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This survey is a synthesis of the economic, social, cultural, and political history of the Atlantic slave trade, providing the general reader with a basic understanding of the current state of scholarly knowledge of forced African migration and compares this knowledge to popular beliefs. The Atlantic Slave Trade examines the four hundred years of Atlantic slave trade, covering the West and East African experiences, as well as all the American colonies and republics that obtained slaves from Africa. It outlines both the common features of this trade and the local differences that developed. It discusses the slave trade's economics, politics, demographic impact, and cultural implications in relationship to Africa as well as America. Finally, it places the slave trade in the context of world trade and examines the role it played in the growing relationship between Asia, Africa, Europe, and America. This new edition incorporates the latest findings of the last decade in slave trade studies carried out in Europe and America. It also includes new data on the slave trade voyages which have just recently been made available to the public.
This volume offers the first set of essays on slave trading in the South Atlantic. These studies show that the Angola-Brazil complex was not the single commercial axis in this region and that Portuguese-Brazilian merchants were not alone in this business.
Volume one of a two volume set featuring alphabetically arranged entries that cover a wide range of topics related to the antislavery movement and abolitionist activities in the eighteenth and nineteenth centuries, highlighting people and events that played a key role in ending slavery in the United States.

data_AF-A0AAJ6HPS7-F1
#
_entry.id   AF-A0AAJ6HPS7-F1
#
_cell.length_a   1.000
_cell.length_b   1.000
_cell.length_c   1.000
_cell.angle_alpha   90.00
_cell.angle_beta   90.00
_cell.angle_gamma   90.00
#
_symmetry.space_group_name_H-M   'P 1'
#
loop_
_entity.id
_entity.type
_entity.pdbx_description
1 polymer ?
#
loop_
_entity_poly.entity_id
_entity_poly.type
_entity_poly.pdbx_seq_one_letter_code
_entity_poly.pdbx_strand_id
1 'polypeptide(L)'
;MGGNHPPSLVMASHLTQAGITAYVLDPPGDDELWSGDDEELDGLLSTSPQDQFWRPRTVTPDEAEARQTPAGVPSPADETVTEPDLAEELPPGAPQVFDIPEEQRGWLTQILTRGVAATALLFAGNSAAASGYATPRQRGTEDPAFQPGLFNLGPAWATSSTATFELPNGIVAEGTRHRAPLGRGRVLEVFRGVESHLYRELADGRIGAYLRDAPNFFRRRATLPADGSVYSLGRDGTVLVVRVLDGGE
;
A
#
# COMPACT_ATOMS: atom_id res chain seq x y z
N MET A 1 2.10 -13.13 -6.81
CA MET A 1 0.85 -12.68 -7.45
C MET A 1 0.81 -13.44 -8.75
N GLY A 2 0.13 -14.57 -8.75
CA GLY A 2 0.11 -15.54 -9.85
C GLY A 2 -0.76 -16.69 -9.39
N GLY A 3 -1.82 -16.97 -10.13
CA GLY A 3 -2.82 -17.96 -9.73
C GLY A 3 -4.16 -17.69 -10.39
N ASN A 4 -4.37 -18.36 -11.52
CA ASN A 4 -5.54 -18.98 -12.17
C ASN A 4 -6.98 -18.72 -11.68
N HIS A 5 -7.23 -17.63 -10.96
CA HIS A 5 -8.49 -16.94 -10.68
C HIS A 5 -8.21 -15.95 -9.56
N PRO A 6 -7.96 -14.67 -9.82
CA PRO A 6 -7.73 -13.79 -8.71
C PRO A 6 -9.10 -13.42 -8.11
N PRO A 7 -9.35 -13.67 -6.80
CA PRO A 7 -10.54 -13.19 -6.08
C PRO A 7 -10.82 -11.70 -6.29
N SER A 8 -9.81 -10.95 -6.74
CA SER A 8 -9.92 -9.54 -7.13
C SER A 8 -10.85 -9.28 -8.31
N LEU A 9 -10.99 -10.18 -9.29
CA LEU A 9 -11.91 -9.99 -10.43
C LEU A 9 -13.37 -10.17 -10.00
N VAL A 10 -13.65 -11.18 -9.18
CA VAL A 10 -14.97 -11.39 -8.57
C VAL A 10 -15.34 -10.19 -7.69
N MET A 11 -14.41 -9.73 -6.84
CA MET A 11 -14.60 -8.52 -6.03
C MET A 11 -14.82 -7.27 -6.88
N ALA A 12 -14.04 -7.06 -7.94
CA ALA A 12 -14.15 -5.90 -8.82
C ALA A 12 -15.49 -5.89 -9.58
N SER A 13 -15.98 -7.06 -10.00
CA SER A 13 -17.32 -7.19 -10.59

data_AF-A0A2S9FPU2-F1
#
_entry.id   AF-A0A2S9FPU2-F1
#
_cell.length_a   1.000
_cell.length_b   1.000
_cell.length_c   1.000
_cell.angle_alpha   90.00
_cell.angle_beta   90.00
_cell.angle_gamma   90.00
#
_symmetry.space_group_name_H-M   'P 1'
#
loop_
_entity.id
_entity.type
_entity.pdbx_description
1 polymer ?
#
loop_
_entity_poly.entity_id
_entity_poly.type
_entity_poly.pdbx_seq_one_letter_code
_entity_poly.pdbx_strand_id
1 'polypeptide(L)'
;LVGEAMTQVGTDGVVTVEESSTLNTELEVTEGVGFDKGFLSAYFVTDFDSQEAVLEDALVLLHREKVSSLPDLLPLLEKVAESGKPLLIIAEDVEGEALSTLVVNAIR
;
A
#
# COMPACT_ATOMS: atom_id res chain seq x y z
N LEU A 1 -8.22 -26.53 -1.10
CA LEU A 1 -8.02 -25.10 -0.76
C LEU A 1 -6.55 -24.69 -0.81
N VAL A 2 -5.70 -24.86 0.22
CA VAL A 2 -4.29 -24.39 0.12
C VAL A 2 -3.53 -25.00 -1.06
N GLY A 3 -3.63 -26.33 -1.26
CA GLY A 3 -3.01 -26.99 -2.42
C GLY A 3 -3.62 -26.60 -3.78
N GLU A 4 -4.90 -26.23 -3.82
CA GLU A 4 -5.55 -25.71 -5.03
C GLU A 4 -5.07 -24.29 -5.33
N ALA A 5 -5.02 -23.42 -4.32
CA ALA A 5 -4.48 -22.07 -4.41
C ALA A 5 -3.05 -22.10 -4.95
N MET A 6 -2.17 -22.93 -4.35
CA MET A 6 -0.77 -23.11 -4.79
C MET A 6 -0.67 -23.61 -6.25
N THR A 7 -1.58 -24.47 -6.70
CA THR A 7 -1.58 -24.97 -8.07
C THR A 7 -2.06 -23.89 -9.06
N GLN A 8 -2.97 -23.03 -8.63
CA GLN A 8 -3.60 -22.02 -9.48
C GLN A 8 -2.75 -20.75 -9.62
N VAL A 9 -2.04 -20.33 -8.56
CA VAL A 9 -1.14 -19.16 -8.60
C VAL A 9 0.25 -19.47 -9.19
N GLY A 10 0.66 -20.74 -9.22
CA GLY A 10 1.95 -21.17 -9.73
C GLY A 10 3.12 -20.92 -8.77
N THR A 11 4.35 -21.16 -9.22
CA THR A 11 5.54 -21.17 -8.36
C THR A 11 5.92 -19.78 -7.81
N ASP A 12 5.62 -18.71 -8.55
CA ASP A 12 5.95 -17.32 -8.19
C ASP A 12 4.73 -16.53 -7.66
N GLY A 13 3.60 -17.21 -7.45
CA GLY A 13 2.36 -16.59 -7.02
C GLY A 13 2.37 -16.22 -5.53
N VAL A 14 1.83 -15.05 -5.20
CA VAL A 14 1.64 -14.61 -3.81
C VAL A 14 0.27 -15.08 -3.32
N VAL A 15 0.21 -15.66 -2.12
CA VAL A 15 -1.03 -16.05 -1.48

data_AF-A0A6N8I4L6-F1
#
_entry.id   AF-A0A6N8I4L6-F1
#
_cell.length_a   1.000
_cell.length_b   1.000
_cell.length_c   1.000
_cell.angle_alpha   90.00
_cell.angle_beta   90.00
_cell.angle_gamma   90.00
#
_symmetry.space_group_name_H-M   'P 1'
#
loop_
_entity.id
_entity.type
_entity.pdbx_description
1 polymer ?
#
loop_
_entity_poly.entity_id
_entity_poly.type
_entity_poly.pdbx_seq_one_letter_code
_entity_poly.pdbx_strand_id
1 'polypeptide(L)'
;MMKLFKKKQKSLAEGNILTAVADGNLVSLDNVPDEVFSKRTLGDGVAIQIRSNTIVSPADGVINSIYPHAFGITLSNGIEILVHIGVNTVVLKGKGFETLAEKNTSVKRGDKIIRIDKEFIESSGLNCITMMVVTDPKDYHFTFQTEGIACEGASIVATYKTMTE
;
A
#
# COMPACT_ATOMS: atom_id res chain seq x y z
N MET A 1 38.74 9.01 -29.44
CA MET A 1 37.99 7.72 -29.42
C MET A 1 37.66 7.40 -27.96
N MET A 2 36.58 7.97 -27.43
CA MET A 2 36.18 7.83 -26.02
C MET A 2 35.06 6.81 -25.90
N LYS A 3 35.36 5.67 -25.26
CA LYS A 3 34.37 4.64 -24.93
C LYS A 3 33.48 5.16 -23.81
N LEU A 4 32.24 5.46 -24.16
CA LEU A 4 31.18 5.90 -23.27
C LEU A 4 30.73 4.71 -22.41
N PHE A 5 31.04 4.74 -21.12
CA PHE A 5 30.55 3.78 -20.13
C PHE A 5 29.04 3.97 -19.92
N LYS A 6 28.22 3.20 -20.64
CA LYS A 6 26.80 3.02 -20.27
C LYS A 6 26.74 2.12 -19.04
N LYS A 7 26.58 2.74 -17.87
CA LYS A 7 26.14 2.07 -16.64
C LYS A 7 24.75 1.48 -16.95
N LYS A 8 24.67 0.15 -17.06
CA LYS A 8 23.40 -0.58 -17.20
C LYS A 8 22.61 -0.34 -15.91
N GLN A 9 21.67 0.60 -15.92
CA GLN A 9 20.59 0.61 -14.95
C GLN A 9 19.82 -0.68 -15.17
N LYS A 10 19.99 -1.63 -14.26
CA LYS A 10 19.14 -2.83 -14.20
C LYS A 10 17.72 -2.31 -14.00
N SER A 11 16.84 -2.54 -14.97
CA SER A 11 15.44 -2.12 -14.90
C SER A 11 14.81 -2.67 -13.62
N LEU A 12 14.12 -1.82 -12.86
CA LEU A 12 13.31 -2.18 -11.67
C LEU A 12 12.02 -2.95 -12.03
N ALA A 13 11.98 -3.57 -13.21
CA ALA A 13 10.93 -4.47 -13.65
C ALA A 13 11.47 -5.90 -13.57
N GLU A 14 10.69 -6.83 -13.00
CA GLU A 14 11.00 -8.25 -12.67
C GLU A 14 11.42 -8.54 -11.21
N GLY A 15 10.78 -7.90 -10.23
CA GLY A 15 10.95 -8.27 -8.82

Much has been written about the origins of the great push which led Europe to colonise sub-Saharan Africa at the end of the nineteenth century. This book provides a new perspective on this controversial subject by focussing on Europe and a range of empire-building states: Germany, France, Italy and Portugal. The essays in this volume consider economic themes in addition to the political and cultural aspects of the transition from commerce to colonies.
The clearly and concisely written entries in this reference work chronicle the campaign to end human slavery in the United States, bringing to life the key events, leading figures, and socioeconomic forces in the history of American antislavery, abolition, and emancipation. • Offers an accessibly written reference work comprising easy-to-find subject entries for readers unfamiliar with this period in history • Includes primary sources—such as former slave Sojourner Truth's famous speech, "Ar'n't I a Woman?" at a women's convention in Ohio in 1851—that promote critical thinking and interpretive reading skills underscored in the Common Core Standards • Provides additional reading suggestions and a bibliography of sources to supply avenues for further study